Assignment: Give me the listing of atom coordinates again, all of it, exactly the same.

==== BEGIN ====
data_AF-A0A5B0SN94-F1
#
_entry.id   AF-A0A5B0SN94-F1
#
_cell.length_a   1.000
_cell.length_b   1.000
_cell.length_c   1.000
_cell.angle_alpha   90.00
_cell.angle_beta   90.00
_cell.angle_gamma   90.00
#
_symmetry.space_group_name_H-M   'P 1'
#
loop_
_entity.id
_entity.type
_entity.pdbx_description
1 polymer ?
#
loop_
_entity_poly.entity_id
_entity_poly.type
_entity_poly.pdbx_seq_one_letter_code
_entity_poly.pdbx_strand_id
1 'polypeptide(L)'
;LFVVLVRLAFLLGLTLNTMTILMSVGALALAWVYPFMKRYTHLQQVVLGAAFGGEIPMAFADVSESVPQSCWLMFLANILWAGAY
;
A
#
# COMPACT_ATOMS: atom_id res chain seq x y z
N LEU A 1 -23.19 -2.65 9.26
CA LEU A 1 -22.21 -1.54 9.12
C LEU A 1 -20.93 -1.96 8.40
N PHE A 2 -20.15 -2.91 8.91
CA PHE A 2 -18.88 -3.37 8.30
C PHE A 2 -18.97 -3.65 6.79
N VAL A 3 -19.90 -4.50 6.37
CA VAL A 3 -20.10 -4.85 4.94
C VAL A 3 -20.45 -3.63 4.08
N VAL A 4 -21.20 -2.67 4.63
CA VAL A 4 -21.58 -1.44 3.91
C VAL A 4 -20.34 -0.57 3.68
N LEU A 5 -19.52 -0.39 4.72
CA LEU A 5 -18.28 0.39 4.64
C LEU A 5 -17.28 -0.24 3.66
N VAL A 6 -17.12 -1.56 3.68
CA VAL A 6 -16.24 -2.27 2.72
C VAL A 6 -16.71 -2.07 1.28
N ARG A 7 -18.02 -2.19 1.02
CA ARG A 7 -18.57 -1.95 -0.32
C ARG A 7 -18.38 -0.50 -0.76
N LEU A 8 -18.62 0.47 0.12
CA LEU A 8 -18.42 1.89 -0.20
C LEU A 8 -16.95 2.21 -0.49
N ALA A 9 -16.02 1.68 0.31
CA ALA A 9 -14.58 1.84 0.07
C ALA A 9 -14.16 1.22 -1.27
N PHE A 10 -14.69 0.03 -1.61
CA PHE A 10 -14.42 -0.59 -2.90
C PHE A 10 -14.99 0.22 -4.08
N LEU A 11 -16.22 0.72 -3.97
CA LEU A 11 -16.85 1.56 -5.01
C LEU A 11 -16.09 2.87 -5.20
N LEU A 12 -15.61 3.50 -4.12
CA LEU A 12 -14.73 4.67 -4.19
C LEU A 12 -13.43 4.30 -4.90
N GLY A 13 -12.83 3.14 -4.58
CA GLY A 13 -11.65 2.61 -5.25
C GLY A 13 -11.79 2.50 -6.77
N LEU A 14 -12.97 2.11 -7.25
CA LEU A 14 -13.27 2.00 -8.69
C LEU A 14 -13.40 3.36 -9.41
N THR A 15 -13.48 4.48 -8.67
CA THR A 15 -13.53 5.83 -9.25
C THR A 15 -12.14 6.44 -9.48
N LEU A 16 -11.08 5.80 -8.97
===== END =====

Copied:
data_AF-A0A5B0SN94-F1
#
_entry.id   AF-A0A5B0SN94-F1
#
_cell.length_a   1.000
_cell.length_b   1.000
_cell.length_c   1.000
_cell.angle_alpha   90.00
_cell.angle_beta   90.00
_cell.angle_gamma   90.00
#
_symmetry.space_group_name_H-M   'P 1'
#
loop_
_entity.id
_entity.type
_entity.pdbx_description
1 polymer ?
#
loop_
_entity_poly.entity_id
_entity_poly.type
_entity_poly.pdbx_seq_one_letter_code
_entity_poly.pdbx_strand_id
1 'polypeptide(L)'
;LFVVLVRLAFLLGLTLNTMTILMSVGALALAWVYPFMKRYTHLQQVVLGAAFGGEIPMAFADVSESVPQSCWLMFLANILWAGAY
;
A
#
# COMPACT_ATOMS: atom_id res chain seq x y z
N LEU A 1 -23.19 -2.65 9.26
CA LEU A 1 -22.21 -1.54 9.12
C LEU A 1 -20.93 -1.96 8.40
N PHE A 2 -20.15 -2.91 8.91
CA PHE A 2 -18.88 -3.37 8.30
C PHE A 2 -18.97 -3.65 6.79
N VAL A 3 -19.90 -4.50 6.37
CA VAL A 3 -20.10 -4.85 4.94
C VAL A 3 -20.45 -3.63 4.08
N VAL A 4 -21.20 -2.67 4.63
CA VAL A 4 -21.58 -1.44 3.91
C VAL A 4 -20.34 -0.57 3.68
N LEU A 5 -19.52 -0.39 4.72
CA LEU A 5 -18.28 0.39 4.64
C LEU A 5 -17.28 -0.24 3.66
N VAL A 6 -17.12 -1.56 3.68
CA VAL A 6 -16.24 -2.27 2.72
C VAL A 6 -16.71 -2.07 1.28
N ARG A 7 -18.02 -2.19 1.02
CA ARG A 7 -18.57 -1.95 -0.32
C ARG A 7 -18.38 -0.50 -0.76
N LEU A 8 -18.62 0.47 0.12
CA LEU A 8 -18.42 1.89 -0.20
C LEU A 8 -16.95 2.21 -0.49
N ALA A 9 -16.02 1.68 0.31
CA ALA A 9 -14.58 1.84 0.07
C ALA A 9 -14.16 1.22 -1.27
N PHE A 10 -14.69 0.03 -1.61
CA PHE A 10 -14.42 -0.59 -2.90
C PHE A 10 -14.99 0.22 -4.08
N LEU A 11 -16.22 0.72 -3.97
CA LEU A 11 -16.85 1.56 -5.01
C LEU A 11 -16.09 2.87 -5.20
N LEU A 12 -15.61 3.50 -4.12
CA LEU A 12 -14.73 4.67 -4.19
C LEU A 12 -13.43 4.30 -4.90
N GLY A 13 -12.83 3.14 -4.58
CA GLY A 13 -11.65 2.61 -5.25
C GLY A 13 -11.79 2.50 -6.77
N LEU A 14 -12.97 2.11 -7.25
CA LEU A 14 -13.27 2.00 -8.69
C LEU A 14 -13.40 3.36 -9.41
N THR A 15 -13.48 4.48 -8.67
CA THR A 15 -13.53 5.83 -9.25
C THR A 15 -12.14 6.44 -9.48
N LEU A 16 -11.08 5.80 -8.97